In 2011 IBM announced the Power 775 Supercomputing node/system which, for the time, was a significant increase in computing performance and energy efficiency. The system was designed from the start with water cooling in mind. The result: a system with greater than 95% of its heat load conducted directly to water and a system that, together with a rear door heat exchanger, removes 100% of its heat load to water with no requirement for room air conditioning. In addition to direct water cooling the processor, the memory, power conversion, and I/O electronics also conduct their heat directly to water. Also included within the framework of the system is a disk storage unit (i.e. disc enclosure) containing an interboard air-to-water heat exchanger.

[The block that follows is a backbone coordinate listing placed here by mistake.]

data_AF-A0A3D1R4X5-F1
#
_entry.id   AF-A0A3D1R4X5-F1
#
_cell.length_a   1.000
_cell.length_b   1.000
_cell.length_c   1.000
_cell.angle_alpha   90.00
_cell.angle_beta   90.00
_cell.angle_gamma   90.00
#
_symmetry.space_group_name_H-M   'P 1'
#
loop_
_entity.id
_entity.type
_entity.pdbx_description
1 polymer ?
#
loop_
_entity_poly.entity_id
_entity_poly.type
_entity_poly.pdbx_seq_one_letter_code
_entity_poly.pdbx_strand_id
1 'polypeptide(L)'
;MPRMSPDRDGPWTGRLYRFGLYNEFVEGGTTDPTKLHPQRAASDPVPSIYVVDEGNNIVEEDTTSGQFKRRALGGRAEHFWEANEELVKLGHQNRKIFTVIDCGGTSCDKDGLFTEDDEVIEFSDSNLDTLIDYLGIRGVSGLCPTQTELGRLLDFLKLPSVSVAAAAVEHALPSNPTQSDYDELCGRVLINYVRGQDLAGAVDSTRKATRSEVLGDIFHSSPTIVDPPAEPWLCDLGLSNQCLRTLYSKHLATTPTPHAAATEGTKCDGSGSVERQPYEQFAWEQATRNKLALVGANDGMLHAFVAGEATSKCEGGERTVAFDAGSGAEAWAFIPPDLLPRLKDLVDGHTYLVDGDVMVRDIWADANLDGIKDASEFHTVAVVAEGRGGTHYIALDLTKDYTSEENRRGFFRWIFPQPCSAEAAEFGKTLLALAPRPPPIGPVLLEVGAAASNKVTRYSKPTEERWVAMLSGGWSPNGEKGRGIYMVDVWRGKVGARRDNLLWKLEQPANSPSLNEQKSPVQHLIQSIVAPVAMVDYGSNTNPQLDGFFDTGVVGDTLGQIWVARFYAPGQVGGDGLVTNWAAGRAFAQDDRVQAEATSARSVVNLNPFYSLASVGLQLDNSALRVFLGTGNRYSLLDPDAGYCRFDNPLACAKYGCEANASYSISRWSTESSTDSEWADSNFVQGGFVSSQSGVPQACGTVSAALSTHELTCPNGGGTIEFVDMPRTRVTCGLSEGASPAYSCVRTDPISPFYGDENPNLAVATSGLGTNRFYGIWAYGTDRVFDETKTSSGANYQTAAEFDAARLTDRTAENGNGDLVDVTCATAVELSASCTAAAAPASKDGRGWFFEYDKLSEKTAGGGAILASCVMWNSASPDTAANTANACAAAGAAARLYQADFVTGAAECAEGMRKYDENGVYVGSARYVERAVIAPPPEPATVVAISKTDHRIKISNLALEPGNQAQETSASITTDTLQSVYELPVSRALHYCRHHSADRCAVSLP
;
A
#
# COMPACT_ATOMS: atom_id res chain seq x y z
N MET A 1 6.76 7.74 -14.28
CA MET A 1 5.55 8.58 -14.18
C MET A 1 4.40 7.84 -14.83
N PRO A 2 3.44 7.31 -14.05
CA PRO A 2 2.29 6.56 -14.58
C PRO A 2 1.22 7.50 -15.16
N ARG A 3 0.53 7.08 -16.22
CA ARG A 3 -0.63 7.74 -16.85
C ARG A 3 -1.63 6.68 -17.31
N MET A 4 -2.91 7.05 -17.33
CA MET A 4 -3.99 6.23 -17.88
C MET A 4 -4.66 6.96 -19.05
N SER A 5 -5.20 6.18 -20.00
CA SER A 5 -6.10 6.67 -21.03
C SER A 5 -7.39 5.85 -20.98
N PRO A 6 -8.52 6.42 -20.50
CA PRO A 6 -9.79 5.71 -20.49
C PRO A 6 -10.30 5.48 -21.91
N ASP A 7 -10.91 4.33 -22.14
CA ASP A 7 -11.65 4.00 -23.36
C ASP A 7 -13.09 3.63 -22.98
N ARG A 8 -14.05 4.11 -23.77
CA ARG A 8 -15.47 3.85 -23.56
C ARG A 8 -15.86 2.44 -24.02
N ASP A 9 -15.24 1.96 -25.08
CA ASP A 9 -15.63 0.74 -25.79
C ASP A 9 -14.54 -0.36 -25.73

The heart of the water cooling system is the Water Conditioning Unit (WCU). The WCU circulates system water at a controlled temperature and flow rate while also transferring the electronics heat load to the data center facility (building chilled water) system. The brain for this system is the motor drive and control assembly (MDA-WCU). In addition to the pump motor drive function, the MDA-WCU contains the control circuitry and associated firmware that maintains system water at a prescribed temperature above the room dew point irrespective of system and or facilities thermal/flow transients. It is also capable of error detection and fault isolation that, together with higher level system firmware, facilitates serviceability and availability. The paper will present the WCU and MDA-WCU design with an emphasis on the control methodologies and algorithms.